Lithium in Salton Sea

SACRAMENTO — The California State Senate Committee on Energy, Utilities, and Communications voted to approve Assemblymember Eduardo Garcia’s AB 1657 – Blue Ribbon Commission on Lithium Extraction in California Monday, August 3. The measure would require the California Energy Commission (CEC) to establish a Blue Ribbon Commission to explore and expand the State’s emerging lithium recovery industry, according to a press release.

“This is a significant opportunity for California as well as our Imperial Valley community to achieve our climate goals, balance the electrical grid, and stimulate economic development in areas most in need of investment,” said Assemblymember Eduardo Garcia. “We have not come close to tapping into the potential of this renewable power industry. By actively expanding this energy technology and developing a competitive lithium industry, this commission could serve as a valuable lever of our State’s economic recovery strategy to help bring back jobs and recoup critical economic losses due to the COVID-19 pandemic.”

Senator Ben Hueso (D-San Diego), committee Chairman, applauded Garcia and remarked on the renewable energy and economic possibilities for the State and the Imperial Valley region they both represent, “I support this enormously because there is just so much more work we need to do to help put California in a sustainable future and this bill is a very important part of that.”

A news release issued by Berkeley Lab last week claimed, “Deep beneath the surface of the Salton Sea, a shallow lake in California’s Imperial County, sits an immense reserve of critical metals that, if unlocked, could power the State’s green economy for years to come.” Accordingly, the industry has become referred to as “Lithium Valley.” They assert that the Salton Sea Geothermal Field (SSGF) has a potential inferred lithium resource of 15 million metric tons and quotes CEC Chair, David Hochschild, saying California’s Lithium Valley has the potential to supply 40 percent of global lithium demand.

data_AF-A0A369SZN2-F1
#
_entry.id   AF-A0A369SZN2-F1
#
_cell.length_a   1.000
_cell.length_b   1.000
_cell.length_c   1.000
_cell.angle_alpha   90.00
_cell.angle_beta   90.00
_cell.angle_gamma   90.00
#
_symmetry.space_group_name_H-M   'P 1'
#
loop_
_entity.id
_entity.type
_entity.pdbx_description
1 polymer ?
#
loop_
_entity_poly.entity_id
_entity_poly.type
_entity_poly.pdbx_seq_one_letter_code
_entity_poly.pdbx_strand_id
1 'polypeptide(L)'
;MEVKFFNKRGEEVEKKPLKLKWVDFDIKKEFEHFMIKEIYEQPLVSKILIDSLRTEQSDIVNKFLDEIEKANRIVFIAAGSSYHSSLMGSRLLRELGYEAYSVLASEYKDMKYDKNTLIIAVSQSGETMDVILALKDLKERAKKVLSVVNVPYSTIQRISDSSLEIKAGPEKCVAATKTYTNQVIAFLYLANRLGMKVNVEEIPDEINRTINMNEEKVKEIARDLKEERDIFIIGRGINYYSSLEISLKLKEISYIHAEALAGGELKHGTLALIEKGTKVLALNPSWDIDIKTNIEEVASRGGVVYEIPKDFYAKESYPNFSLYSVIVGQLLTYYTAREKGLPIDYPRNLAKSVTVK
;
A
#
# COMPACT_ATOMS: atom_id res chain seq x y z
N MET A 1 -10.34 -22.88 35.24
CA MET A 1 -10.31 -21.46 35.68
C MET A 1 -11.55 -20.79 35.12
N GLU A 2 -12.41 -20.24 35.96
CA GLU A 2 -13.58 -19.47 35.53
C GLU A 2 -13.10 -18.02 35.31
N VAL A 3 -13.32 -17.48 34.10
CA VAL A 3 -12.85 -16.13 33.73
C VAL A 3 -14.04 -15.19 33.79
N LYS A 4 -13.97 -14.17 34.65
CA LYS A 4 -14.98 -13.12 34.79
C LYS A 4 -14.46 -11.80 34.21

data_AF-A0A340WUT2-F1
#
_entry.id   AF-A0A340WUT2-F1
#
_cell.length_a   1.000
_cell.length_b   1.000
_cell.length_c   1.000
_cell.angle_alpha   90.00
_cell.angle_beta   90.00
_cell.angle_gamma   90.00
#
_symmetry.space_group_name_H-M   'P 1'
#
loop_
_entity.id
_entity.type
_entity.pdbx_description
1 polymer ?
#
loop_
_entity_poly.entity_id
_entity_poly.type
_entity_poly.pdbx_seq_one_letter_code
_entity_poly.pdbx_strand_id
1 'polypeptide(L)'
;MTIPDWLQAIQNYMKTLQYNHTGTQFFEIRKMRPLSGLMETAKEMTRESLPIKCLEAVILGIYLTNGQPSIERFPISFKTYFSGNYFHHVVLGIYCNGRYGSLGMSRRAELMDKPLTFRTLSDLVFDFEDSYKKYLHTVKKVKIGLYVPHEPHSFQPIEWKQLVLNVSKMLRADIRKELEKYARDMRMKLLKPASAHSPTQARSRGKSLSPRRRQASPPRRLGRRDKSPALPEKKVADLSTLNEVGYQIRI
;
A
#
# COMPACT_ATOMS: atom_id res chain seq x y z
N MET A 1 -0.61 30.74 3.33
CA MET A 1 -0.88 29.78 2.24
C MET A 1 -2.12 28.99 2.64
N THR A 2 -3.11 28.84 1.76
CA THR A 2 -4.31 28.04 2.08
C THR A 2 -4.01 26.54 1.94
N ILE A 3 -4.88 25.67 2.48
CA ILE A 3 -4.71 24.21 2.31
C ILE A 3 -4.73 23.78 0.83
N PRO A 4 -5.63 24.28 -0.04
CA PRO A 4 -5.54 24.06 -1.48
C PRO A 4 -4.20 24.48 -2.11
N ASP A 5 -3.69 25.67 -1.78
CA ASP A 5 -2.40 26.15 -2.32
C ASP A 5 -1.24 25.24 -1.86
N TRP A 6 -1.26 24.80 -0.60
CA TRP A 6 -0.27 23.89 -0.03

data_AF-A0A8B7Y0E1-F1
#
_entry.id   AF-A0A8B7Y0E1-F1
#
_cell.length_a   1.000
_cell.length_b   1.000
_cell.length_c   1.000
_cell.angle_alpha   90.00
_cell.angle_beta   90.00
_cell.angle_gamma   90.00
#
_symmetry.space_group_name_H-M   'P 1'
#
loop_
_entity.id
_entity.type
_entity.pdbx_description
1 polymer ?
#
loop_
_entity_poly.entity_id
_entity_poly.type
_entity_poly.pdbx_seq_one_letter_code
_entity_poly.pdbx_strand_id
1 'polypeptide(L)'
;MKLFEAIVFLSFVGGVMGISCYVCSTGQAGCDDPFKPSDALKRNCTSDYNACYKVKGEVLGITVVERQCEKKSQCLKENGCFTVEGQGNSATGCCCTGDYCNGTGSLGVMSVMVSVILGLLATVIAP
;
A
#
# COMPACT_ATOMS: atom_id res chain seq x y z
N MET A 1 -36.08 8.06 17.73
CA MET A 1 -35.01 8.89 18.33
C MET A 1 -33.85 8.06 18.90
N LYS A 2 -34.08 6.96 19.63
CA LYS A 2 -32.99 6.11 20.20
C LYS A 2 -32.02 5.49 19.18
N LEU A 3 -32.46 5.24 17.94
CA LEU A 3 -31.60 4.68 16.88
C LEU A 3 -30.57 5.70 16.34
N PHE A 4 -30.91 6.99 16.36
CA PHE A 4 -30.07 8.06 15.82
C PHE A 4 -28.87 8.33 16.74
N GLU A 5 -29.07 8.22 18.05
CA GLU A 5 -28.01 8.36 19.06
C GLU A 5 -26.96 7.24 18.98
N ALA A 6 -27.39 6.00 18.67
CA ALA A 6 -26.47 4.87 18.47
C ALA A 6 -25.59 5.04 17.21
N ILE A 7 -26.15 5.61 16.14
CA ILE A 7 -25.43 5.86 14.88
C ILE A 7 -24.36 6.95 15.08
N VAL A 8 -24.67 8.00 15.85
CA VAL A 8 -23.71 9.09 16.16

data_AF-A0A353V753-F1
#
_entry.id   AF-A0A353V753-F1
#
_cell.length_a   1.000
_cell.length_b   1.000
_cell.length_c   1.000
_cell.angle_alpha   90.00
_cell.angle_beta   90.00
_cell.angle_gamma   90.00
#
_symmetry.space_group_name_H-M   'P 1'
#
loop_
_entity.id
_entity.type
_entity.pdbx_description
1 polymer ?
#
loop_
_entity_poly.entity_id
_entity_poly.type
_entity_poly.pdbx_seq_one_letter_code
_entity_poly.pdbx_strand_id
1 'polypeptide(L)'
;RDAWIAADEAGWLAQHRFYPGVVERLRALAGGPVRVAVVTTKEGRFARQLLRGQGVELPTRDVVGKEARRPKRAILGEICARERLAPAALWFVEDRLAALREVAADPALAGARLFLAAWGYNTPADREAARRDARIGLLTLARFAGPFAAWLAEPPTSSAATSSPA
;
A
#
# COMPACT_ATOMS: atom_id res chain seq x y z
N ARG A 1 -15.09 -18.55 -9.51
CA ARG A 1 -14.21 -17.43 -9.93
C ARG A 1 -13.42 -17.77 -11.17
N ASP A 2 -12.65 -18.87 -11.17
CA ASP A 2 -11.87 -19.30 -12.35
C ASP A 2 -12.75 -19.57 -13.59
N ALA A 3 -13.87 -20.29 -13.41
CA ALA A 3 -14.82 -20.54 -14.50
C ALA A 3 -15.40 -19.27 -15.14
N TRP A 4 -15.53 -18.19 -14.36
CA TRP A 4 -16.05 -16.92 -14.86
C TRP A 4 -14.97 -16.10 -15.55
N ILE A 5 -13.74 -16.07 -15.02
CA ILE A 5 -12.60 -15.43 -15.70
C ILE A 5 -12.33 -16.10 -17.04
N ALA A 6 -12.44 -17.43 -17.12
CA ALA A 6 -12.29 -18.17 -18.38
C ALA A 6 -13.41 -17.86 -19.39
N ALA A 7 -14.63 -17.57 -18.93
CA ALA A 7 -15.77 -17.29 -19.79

According to the release, over the last few years, Assemblymember Eduardo Garcia and Senator Ben Hueso have been generating support and urging their legislative colleagues to acknowledge the potential of the industry to meet climate benchmarks and uplift some of the State’s most impoverished areas. For Garcia, the pandemic heightened the significance of the endeavor as a way to bring much needed economic relief to Imperial County whose economic disparities have been further exacerbated.

Tim Kelley, President and CEO of the Imperial Valley Economic Development Corporation testified on behalf of AB 1657 before the senate committee, noting that geothermal producers are the number one taxpayer in the County of Imperial and they provide over 500 direct jobs and 1,500 ancillary jobs in a community that was just named by the USDA as a persistent poverty county  — with an unemployment rate of over 30 percent.

In a letter of support submitted to the committee, Imperial Irrigation District also stated that, “Given the abundance of geothermal capacity and minerals at the Salton Sea Known Geothermal Resource Area, IID will continue to advocate for this important resource and looks forward to continue working with the Legislature and the Commission on this important matter.”

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